This report takes advantage of the VOTER Survey’s unique panel design to study changes in partisan affiliation. Instead of looking at aggregate changes in identification over multiple surveys — a more common approach given the relative abundance of these data — we track the same individuals over time. This gives us an unparalleled look into exactly who is changing their partisan identification, what party they are changing to, and the demographic and attitudinal correlates of that shift.

For the purposes of this report, the terms “Democrat” and “Republican” include individuals directly identifying with a given political party as well as those who initially identify as independents but admit to “leaning” toward a political party. “Partisan switchers” are those who self-identified as either a Democrat or Republican in December 2011 and switched their affiliation to something else by July 2017....

An Electoral Portrait of Partisan Switchers 

Americans’ vote choices in the past two elections also provide a useful lens for understanding partisan switching. In the aggregate, all voters shifted slightly toward the Republican Party and away from the Democratic Party — 4 points more and 2 points less, respectively (Figure 4). Trump voters displayed an exaggerated version of this same pattern with an 11-point increase in Republican affiliation and a 7-point decline in those identifying as Democrats.

The group to undergo the largest shift, however, has been the much discussed Obama to Trump voter."... 

[Ed. note: "The biggest common denominator among Obama-Trump voters is a view that the political system is corrupt and doesn’t work for people like them."...There were between 6.7 and 9.2 million Obama to Trump voters, "far more than enough to provide Trump his electoral College victory." 6/8/17, "The Democratic Party Is in Worse Shape Than You Thought," NY Times,  Thomas B. Edsall, commentary]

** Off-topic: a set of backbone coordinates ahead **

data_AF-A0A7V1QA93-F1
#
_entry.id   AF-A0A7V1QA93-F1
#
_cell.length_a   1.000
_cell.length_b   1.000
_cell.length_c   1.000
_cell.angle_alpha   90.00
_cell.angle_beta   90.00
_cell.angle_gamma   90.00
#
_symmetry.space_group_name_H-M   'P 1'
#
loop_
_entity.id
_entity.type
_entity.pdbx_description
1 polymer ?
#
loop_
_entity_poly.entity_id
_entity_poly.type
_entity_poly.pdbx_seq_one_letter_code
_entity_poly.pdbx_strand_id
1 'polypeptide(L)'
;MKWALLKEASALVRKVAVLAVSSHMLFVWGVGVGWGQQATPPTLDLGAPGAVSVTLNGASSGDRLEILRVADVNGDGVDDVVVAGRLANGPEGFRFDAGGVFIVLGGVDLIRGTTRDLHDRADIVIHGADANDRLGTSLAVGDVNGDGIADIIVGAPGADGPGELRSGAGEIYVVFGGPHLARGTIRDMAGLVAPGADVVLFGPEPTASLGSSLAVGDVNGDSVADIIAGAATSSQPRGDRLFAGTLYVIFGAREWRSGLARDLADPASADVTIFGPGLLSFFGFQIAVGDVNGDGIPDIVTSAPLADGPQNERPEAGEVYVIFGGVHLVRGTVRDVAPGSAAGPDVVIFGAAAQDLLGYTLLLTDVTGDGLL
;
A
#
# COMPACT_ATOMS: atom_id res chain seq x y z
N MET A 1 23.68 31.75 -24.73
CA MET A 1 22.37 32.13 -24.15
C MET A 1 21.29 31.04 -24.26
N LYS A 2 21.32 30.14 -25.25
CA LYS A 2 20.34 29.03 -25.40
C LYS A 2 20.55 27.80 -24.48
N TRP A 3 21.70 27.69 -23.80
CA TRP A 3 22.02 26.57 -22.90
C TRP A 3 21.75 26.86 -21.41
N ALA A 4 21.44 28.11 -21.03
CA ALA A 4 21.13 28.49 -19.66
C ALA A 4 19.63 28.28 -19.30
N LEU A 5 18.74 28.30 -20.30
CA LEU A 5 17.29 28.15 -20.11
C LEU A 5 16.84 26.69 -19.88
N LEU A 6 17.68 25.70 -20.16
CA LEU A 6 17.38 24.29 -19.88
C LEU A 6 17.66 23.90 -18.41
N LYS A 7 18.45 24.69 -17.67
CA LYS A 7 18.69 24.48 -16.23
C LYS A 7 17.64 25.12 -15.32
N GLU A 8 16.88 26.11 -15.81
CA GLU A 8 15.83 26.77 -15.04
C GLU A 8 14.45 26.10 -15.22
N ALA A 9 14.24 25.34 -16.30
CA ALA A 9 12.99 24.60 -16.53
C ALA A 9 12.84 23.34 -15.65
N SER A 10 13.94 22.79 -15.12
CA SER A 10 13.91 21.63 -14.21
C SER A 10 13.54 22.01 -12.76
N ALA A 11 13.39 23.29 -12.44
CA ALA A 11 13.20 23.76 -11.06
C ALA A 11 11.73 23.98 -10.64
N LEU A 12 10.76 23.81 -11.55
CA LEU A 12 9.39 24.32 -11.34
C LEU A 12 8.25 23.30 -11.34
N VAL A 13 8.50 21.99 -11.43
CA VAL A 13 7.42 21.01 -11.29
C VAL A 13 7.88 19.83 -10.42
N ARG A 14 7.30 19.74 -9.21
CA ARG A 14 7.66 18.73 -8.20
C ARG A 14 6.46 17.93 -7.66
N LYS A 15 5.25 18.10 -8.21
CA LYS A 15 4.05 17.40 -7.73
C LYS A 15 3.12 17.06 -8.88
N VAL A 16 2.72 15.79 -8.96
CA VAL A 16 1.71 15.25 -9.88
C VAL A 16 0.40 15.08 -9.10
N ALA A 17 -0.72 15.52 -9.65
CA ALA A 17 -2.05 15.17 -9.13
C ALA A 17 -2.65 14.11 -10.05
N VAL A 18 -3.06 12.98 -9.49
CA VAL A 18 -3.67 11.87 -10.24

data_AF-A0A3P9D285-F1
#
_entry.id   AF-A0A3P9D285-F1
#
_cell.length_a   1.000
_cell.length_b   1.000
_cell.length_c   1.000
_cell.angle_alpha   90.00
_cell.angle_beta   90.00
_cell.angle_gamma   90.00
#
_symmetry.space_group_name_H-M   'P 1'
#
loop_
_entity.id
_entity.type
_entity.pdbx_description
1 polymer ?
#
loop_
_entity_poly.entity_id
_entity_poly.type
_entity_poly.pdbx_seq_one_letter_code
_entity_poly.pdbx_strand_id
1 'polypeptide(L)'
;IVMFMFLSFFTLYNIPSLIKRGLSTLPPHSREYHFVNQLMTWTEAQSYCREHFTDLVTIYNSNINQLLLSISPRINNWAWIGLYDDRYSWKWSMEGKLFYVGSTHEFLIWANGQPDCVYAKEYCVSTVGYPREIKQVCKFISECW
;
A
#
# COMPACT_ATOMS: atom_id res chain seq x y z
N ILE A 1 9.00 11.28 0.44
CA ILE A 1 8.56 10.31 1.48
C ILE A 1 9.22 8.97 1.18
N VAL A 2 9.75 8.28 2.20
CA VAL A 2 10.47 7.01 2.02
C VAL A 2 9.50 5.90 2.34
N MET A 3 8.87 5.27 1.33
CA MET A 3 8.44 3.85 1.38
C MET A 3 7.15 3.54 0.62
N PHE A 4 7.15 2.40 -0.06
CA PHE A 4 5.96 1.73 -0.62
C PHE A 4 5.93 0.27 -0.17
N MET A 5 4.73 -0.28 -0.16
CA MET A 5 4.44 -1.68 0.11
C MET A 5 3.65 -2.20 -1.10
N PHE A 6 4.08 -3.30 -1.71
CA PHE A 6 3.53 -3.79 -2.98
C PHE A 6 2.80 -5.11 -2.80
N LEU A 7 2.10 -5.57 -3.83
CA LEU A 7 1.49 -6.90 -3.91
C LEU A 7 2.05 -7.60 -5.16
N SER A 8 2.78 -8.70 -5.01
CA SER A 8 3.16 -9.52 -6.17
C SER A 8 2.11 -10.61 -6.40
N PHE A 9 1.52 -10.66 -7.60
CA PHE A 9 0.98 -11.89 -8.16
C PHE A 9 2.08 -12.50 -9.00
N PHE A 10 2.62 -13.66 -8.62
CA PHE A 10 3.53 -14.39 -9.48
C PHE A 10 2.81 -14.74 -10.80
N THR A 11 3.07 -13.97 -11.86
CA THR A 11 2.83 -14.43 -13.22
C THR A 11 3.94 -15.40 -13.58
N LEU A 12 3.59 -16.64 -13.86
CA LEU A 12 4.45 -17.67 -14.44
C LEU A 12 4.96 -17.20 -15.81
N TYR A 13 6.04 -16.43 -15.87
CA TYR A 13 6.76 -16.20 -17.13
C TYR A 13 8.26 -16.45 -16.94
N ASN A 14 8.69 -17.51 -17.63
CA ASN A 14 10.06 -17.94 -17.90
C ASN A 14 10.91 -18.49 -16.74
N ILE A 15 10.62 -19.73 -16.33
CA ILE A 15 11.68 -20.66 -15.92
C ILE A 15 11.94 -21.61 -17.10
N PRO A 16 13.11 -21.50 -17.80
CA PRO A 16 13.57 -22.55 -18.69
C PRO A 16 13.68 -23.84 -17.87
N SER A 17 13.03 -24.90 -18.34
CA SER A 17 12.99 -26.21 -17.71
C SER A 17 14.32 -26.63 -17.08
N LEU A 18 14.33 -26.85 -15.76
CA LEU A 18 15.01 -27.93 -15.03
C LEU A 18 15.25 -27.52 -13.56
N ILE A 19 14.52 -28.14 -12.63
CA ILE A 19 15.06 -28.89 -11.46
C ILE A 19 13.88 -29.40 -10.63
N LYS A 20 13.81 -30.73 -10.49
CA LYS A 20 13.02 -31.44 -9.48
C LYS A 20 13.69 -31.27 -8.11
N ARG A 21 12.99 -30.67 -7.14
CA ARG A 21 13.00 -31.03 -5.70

(continuing): "Within the last five years, they have shifted 28 points away from the Democratic Party and 43 points toward the Republican Party. To put this in context, while about 50 percent of these voters identified as Democrats or Democratic-leaners in 2011, only 22 percent do so today. Republican or Republican-leaners once constituted a small portion of this group (16 percent), but make up a majority now (59 percent)....
 

Implications for 2018 and Beyond 

The changes documented here will probably disadvantage the Democratic Party in the short term and pose a considerable problem for Republicans in the long term.

For the Democratic Party, the loss of white people without college degrees is highly problematic. For starters, this group is a larger share of the electorate than is commonly understood. While the national exit poll of the major networks and the AP indicated that non-college white voters made up 34 percent of voters in 2016, the actual number is probably closer to 45 percent.(ii) 

Even small losses among these voters can have a decisive impact on parties’ electoral fortunes — particularly in state and local elections. The reason for this is that non-college white voters are well distributed throughout the country for the purpose of political representation. With few exceptions, they make up a significant, if not overwhelming, portion of voters in counties across the nation. This geographic dispersion makes them influential in every state and in a disproportionate number of congressional districts (Figure 6). 

Even if it were the case that the Democratic Party was making more enduring inroads with other demographic groups, these other groups are presently distributed in comparatively inefficient ways.